Some articles on fast:
... He was a fast-medium left-handed bowler who could develop a great deal of spin, which meant the ball could, in the words of a later Wisden, "double its speed upon hitting the ground" ... foot 1 or 186 centimetres - tall for that time) allowed him to gain a lot of bounce of the fast wickets of the day ... As a batsman, he was very aggressive and a fast scorer with a good range of strokes - most of his major innings were played at over a run a minute - but on difficult wickets his technique ...
... had access to coastal or tidal waters, 'fast food' would frequently include local shellfish or seafood, such as oysters or, as in London, eels ... Market marks the origin of the fish and chip shop and fast food industries in Britain ... British fast food had considerable regional variation ...
... in turn resulted in the formation of Fast Search Transfer (FAST), established on July 16, 1997 ... It was used primarily as a showpiece site for FAST's enterprise search engine ... According to FAST, AllTheWeb once rivaled Google in size and technology ...
... Fast food is the term given to food that can be prepared and served very quickly ... While any meal with low preparation time can be considered to be fast food, typically the term refers to food sold in a restaurant or store with preheated or precooked ingredients, and served to the customer in a ... The term "fast food" was recognized in a dictionary by Merriam–Webster in 1951 ...
... Fast and Loose is a cheating game played at fairs by sharpers ... artist challenges a spectator to place a stick in the true center loop — the one that holds Fast to the stick when the two ends of the strap are pulled ... to try — "It's easy, if you know how to spot it." "Like a right gipsy, hath, at fast and loose, Beguiled me to the very heart of loss." Shakespeare ...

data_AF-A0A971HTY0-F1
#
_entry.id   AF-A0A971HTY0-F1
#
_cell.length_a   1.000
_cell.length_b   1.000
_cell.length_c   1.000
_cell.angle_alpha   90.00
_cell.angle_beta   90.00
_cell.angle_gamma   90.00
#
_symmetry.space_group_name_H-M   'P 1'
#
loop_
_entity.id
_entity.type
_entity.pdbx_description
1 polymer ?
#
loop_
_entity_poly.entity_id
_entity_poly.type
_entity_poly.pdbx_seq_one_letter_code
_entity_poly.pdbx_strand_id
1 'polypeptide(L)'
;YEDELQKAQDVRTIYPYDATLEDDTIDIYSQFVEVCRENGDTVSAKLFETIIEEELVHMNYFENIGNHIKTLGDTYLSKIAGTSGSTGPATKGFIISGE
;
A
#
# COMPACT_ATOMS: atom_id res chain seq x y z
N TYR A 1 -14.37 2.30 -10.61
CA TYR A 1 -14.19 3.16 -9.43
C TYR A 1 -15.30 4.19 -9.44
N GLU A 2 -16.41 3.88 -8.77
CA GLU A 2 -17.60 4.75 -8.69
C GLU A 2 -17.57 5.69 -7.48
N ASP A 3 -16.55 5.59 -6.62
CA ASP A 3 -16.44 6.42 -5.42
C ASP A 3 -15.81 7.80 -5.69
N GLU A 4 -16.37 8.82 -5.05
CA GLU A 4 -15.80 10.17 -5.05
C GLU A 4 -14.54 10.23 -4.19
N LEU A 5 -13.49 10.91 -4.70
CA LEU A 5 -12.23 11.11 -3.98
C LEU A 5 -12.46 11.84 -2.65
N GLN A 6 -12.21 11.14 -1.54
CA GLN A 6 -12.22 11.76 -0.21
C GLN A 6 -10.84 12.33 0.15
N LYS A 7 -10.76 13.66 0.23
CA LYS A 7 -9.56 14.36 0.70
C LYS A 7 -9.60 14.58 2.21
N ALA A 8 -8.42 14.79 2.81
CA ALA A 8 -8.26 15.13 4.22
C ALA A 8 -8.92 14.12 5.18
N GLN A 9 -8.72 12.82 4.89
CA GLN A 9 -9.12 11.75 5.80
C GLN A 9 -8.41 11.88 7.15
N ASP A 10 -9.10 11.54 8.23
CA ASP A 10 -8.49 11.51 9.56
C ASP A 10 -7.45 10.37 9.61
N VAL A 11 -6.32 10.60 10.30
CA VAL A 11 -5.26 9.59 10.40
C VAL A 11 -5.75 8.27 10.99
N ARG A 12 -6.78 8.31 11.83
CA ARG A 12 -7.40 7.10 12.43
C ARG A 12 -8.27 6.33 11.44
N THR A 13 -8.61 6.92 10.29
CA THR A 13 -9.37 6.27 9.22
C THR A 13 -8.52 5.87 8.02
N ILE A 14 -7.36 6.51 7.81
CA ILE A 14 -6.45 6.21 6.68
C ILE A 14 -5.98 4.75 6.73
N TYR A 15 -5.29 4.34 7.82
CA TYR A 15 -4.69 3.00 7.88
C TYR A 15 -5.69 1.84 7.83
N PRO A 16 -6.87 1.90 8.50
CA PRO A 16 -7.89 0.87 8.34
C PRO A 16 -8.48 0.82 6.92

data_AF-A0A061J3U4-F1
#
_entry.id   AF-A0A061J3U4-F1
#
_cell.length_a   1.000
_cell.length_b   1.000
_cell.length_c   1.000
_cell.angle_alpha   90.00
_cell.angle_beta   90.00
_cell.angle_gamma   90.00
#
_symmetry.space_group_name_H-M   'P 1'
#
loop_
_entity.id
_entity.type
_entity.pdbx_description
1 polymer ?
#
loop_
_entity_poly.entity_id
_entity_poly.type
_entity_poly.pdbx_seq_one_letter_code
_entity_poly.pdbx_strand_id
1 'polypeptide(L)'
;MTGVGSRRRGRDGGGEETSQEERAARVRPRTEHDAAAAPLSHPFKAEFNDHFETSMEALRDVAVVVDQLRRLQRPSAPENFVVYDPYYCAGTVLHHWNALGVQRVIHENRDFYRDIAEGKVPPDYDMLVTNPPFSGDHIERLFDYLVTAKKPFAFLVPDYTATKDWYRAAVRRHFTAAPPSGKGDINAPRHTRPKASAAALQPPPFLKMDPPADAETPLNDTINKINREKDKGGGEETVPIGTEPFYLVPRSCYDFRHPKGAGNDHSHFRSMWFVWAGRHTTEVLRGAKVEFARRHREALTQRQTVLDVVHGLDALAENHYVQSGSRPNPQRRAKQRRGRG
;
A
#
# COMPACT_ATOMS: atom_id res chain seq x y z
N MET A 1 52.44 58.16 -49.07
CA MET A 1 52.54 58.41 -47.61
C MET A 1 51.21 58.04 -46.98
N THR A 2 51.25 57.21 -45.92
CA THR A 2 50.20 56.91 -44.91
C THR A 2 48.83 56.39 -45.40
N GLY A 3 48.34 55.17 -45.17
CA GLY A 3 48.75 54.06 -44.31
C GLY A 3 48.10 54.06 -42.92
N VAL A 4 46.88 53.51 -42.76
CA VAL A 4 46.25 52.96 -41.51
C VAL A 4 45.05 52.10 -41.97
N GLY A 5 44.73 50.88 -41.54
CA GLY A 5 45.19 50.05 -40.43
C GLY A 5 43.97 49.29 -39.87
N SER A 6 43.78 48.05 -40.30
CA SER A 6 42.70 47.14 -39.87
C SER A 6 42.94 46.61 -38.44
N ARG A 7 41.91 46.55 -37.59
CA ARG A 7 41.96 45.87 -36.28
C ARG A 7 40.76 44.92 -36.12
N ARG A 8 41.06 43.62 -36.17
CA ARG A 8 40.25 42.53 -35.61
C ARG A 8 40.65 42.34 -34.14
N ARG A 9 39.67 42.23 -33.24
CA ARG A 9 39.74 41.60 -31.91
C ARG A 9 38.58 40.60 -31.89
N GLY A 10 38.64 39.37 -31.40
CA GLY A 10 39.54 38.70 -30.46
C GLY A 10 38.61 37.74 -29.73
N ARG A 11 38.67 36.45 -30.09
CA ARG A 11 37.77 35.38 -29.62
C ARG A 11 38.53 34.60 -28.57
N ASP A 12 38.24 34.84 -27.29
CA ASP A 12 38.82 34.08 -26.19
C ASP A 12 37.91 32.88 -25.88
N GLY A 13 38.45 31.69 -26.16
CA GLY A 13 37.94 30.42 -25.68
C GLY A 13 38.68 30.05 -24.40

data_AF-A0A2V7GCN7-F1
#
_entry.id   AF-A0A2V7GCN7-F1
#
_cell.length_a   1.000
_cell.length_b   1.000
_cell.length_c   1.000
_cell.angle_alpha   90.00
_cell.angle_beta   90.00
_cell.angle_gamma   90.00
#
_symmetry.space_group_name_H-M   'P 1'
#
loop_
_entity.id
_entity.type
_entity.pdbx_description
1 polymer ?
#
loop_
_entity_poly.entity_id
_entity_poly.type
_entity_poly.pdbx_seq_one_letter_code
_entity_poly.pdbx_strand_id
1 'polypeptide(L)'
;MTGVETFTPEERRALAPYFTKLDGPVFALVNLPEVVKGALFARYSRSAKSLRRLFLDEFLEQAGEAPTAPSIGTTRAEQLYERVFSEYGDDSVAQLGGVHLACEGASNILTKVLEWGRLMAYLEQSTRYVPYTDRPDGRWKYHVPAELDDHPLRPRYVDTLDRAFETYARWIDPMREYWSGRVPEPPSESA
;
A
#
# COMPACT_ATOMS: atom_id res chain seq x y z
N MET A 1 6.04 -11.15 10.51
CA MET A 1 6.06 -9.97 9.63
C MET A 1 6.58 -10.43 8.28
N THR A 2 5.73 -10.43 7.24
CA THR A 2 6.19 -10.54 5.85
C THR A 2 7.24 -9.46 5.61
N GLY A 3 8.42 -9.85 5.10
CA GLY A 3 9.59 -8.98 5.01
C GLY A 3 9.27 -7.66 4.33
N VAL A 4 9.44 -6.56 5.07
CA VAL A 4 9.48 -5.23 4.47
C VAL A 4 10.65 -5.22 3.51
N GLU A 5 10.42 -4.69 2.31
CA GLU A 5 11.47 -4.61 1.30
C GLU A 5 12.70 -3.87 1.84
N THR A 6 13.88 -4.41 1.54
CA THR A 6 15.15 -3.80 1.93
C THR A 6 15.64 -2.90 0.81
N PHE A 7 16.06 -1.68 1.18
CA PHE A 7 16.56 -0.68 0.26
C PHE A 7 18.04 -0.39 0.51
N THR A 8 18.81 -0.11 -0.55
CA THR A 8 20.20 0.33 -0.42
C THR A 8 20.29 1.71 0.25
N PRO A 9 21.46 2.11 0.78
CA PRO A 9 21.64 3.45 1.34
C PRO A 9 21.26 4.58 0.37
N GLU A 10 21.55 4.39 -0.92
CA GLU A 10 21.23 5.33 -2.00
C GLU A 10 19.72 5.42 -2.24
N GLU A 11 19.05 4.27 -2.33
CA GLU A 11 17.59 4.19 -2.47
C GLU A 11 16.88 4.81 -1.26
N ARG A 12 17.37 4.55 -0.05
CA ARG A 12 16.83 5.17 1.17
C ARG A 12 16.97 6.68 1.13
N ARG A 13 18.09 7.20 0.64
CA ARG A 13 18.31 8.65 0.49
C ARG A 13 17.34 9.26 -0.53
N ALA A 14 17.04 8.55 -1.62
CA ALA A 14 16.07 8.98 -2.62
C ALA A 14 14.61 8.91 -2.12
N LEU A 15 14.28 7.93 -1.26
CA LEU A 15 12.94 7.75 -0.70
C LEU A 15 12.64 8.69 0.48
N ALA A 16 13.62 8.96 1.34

More definitions of "fast":
- (adj): Firmly fastened or secured against opening.
Example: "Windows and doors were all fast"
Synonyms: barred, bolted, latched, locked, secured
- (adj): (used of timepieces) indicating a time ahead of or later than the correct time.
Example: "My watch is fast"
- (adj): Acting or moving or capable of acting or moving quickly.
Example: "Fast film"; "on the fast track in school"; "set a fast pace"; "a fast car"
- (adj): (of surfaces) conducive to rapid speeds.
Example: "A fast road"; "grass courts are faster than clay"
- (adj): At a rapid tempo.
Example: "The band played a fast fox trot"
- (adj): Unrestrained by convention or morality.
Example: "Fast women"
Synonyms: debauched, degenerate, degraded, dissipated, dissolute, libertine, profligate, riotous
- (adv): Firmly or tightly.
Example: "Held fast to the rope"; "her foot was stuck fast"
- (verb): Abstain from certain foods, as for religious or medical reasons.
Example: "Catholics sometimes fast during Lent"
- (adj): Unwavering in devotion to friend or vow or cause.
Example: "Fast friends"
Synonyms: firm, loyal, truehearted
- (verb): Abstain from eating.
Example: "Before the medical exam, you must fast"
- (noun): Abstaining from food.
- (adv): Quickly or rapidly (often used as a combining form).
Example: "How fast can he get here?"; "ran as fast as he could"; "needs medical help fast"; "fast-running rivers"; "fast-breaking news"; "fast-opening (or fast-closing) shutters"
Famous quotes containing the word fast:
“I dont go that fast in practice, because I need the excitement of the race, the adrenalin. The others might train more and be in better shape, but when Im racing, I put winning before everything else. I dont stop until the world gets gray and fuzzy around the edges.”
—Candi Clark (b. c. 1950)
“There was a literary gentleman present who who had dramatised in his time two hundred and forty-seven novels as fast as they had come outand who was a literary gentleman in consequence.”
—Charles Dickens (18121870)
“Man ... cannot learn to forget, but hangs on the past: however far or fast he runs, that chain runs with him.”
—Friedrich Nietzsche (18441900)